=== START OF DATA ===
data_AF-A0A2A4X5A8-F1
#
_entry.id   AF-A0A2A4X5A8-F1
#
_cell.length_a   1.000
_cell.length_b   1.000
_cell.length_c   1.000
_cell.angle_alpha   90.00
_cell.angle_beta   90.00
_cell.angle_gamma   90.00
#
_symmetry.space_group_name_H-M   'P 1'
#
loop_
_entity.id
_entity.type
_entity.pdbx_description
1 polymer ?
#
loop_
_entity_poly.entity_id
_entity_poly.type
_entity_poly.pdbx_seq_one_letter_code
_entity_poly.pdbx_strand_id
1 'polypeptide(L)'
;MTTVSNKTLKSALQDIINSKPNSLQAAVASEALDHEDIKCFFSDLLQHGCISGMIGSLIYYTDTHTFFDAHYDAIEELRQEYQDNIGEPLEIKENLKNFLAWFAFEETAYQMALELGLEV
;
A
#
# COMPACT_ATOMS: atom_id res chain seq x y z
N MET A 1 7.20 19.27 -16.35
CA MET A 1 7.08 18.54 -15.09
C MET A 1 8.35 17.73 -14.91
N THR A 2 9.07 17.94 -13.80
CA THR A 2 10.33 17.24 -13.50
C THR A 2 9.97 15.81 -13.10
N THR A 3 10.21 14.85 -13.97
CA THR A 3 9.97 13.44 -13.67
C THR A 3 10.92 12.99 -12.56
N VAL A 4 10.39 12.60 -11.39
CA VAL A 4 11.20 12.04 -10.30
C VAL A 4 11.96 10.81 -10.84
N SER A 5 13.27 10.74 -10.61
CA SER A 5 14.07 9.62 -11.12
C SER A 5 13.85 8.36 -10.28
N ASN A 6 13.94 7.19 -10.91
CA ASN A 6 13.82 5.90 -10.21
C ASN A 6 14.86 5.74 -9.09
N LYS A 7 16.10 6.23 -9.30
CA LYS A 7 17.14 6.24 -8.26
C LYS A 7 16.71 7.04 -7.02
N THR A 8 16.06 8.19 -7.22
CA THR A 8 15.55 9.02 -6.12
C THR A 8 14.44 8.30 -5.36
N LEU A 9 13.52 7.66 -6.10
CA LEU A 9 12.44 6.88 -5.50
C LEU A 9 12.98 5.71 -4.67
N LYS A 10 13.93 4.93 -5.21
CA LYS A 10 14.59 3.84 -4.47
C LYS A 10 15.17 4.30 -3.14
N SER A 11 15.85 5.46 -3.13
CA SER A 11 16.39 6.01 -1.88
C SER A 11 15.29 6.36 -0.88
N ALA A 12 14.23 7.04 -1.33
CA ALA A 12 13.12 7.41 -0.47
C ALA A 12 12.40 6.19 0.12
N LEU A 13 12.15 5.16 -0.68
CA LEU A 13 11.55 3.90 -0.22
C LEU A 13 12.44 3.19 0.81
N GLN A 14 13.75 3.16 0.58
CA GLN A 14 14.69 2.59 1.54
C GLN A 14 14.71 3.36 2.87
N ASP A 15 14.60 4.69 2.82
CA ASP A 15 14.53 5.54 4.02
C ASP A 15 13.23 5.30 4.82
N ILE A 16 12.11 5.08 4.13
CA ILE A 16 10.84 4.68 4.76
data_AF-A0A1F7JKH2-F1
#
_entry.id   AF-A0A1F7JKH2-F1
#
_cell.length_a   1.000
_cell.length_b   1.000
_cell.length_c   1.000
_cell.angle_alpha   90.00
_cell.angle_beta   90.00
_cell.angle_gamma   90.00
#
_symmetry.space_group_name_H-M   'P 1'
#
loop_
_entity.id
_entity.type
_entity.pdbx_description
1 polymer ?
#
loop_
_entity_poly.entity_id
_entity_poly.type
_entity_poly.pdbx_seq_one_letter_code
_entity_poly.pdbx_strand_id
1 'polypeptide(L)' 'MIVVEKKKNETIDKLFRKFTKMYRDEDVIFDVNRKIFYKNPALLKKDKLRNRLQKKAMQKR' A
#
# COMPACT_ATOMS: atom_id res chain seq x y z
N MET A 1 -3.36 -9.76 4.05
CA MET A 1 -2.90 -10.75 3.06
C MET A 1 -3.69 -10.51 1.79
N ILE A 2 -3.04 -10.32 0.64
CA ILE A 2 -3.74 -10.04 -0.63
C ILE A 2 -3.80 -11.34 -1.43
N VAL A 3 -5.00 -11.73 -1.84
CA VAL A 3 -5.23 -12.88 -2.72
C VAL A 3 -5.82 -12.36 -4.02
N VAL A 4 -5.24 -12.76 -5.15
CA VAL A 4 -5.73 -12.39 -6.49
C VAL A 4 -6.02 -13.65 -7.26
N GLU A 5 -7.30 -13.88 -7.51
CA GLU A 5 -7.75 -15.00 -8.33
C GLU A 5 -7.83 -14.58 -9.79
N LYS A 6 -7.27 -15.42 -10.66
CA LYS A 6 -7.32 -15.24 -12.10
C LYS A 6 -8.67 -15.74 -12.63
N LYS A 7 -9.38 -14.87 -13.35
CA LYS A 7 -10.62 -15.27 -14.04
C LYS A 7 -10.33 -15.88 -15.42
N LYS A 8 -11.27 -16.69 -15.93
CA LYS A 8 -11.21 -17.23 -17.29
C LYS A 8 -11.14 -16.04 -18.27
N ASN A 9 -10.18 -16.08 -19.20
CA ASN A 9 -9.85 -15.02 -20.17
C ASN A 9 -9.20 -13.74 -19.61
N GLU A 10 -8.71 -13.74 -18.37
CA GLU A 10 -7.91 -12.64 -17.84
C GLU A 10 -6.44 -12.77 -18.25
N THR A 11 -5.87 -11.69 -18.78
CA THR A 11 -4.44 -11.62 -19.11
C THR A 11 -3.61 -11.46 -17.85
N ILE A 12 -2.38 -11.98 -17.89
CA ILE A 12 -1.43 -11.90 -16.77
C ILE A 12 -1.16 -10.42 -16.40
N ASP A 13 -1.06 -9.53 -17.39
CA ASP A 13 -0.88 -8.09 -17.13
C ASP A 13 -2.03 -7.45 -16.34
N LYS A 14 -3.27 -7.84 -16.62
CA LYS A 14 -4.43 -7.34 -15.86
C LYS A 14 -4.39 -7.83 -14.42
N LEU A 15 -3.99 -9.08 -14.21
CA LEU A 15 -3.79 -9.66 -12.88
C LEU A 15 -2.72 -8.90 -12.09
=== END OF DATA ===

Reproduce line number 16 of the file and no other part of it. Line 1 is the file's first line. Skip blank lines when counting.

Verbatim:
_entity.type